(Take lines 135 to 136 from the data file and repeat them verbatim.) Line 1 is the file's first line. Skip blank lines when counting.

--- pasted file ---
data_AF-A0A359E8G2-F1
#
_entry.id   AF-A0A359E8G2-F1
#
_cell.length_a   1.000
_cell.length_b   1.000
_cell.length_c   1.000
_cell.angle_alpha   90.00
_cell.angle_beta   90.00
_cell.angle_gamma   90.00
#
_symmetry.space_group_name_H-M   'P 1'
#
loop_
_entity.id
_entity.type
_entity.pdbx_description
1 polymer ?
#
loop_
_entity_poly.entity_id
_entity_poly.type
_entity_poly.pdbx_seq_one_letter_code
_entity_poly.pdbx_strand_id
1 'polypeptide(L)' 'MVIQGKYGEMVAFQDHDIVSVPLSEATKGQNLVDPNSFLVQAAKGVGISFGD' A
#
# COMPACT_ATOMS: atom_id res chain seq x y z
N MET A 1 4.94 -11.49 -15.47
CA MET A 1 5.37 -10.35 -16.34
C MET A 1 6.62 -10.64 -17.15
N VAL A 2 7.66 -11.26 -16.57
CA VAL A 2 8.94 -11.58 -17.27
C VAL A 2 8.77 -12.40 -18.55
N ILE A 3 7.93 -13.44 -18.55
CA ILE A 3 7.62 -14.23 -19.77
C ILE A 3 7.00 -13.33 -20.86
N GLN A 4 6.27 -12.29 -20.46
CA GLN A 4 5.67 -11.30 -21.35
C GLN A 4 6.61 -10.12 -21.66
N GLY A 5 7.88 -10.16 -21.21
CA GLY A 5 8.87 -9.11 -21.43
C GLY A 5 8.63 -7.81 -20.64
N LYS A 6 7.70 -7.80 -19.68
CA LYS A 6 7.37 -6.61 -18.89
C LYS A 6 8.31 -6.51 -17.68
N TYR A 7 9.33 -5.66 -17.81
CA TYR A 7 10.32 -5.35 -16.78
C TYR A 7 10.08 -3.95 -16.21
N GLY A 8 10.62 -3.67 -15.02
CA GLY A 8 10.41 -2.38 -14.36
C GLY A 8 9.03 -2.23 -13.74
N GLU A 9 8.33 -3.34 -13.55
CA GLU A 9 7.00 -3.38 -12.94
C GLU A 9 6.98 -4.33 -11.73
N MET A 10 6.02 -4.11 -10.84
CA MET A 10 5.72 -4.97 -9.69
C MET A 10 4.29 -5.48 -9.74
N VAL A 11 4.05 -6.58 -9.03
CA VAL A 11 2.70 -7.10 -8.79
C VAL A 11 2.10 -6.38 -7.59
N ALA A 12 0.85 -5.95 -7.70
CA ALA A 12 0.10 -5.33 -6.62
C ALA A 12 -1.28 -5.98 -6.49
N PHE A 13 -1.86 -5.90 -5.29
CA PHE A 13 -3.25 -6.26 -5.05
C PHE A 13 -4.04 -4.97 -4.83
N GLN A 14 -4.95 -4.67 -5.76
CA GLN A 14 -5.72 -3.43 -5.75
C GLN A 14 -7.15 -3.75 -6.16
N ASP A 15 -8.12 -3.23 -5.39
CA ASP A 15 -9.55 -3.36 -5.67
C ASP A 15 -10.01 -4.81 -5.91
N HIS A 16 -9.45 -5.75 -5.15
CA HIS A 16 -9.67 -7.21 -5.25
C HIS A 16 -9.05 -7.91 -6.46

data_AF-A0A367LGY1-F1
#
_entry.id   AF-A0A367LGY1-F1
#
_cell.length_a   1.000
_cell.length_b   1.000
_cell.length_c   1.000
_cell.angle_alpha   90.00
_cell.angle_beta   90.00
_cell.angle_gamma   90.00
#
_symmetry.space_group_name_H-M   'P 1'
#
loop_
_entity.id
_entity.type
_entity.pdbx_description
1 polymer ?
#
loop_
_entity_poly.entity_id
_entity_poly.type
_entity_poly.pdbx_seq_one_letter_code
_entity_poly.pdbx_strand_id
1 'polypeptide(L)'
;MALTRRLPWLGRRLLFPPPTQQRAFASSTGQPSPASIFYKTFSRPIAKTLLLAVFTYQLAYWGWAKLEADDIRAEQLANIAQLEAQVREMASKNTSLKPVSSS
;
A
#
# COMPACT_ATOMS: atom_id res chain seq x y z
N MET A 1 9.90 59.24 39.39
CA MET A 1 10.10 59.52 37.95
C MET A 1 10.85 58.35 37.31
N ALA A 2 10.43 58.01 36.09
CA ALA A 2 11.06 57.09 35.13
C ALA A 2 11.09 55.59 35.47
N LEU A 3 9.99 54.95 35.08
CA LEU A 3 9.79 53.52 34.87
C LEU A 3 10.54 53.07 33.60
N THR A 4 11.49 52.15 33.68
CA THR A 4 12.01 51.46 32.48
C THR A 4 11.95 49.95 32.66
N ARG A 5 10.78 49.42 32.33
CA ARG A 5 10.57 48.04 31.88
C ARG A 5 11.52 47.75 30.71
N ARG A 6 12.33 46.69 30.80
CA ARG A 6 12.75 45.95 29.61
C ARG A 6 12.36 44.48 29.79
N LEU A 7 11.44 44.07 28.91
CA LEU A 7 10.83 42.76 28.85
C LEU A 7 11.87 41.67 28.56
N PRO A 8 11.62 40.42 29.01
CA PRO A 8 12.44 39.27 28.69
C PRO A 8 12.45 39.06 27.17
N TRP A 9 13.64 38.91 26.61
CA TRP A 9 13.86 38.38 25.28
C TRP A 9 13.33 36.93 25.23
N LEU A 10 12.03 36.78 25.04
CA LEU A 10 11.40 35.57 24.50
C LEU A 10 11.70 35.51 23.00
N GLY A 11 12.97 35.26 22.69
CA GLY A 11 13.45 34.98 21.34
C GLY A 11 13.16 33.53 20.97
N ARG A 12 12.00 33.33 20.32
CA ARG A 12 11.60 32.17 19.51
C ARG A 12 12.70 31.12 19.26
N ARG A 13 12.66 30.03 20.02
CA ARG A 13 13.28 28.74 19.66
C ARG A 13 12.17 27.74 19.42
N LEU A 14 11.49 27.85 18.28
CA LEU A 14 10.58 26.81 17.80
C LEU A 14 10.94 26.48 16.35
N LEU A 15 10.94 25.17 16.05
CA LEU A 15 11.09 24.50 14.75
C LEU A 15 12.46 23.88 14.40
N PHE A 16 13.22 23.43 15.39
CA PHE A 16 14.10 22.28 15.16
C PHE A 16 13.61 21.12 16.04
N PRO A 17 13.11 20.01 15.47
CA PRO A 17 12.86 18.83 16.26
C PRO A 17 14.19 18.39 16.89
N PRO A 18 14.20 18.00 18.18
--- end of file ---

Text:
C LEU A 10 11.70 35.51 23.00
N GLY A 11 12.97 35.26 22.69